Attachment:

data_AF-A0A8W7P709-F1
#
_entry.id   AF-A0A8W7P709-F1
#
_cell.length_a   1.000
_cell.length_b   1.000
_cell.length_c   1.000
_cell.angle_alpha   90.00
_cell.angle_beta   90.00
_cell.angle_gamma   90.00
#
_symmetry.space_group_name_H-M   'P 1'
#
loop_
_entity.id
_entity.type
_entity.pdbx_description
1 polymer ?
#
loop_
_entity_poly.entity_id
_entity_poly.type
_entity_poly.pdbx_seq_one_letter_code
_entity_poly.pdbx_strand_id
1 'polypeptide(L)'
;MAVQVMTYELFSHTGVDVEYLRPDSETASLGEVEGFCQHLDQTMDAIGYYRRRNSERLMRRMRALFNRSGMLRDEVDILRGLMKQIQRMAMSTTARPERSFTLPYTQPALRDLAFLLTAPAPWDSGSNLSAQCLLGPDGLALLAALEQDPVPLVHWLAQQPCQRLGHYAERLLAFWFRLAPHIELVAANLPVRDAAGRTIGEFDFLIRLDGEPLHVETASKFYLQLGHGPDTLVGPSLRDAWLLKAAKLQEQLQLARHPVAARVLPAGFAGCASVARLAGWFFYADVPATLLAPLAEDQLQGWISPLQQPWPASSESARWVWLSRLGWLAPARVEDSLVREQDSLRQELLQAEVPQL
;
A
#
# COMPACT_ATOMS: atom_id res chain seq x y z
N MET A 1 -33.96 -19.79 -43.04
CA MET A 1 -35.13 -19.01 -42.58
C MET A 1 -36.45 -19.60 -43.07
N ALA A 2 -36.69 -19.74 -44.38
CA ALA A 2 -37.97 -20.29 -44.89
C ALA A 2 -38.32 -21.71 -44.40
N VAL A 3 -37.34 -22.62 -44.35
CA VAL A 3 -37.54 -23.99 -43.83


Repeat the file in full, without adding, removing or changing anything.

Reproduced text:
data_AF-A0A8W7P709-F1
#
_entry.id   AF-A0A8W7P709-F1
#
_cell.length_a   1.000
_cell.length_b   1.000
_cell.length_c   1.000
_cell.angle_alpha   90.00
_cell.angle_beta   90.00
_cell.angle_gamma   90.00
#
_symmetry.space_group_name_H-M   'P 1'
#
loop_
_entity.id
_entity.type
_entity.pdbx_description
1 polymer ?
#
loop_
_entity_poly.entity_id
_entity_poly.type
_entity_poly.pdbx_seq_one_letter_code
_entity_poly.pdbx_strand_id
1 'polypeptide(L)'
;MAVQVMTYELFSHTGVDVEYLRPDSETASLGEVEGFCQHLDQTMDAIGYYRRRNSERLMRRMRALFNRSGMLRDEVDILRGLMKQIQRMAMSTTARPERSFTLPYTQPALRDLAFLLTAPAPWDSGSNLSAQCLLGPDGLALLAALEQDPVPLVHWLAQQPCQRLGHYAERLLAFWFRLAPHIELVAANLPVRDAAGRTIGEFDFLIRLDGEPLHVETASKFYLQLGHGPDTLVGPSLRDAWLLKAAKLQEQLQLARHPVAARVLPAGFAGCASVARLAGWFFYADVPATLLAPLAEDQLQGWISPLQQPWPASSESARWVWLSRLGWLAPARVEDSLVREQDSLRQELLQAEVPQL
;
A
#
# COMPACT_ATOMS: atom_id res chain seq x y z
N MET A 1 -33.96 -19.79 -43.04
CA MET A 1 -35.13 -19.01 -42.58
C MET A 1 -36.45 -19.60 -43.07
N ALA A 2 -36.69 -19.74 -44.38
CA ALA A 2 -37.97 -20.29 -44.89
C ALA A 2 -38.32 -21.71 -44.40
N VAL A 3 -37.34 -22.62 -44.35
CA VAL A 3 -37.54 -23.99 -43.83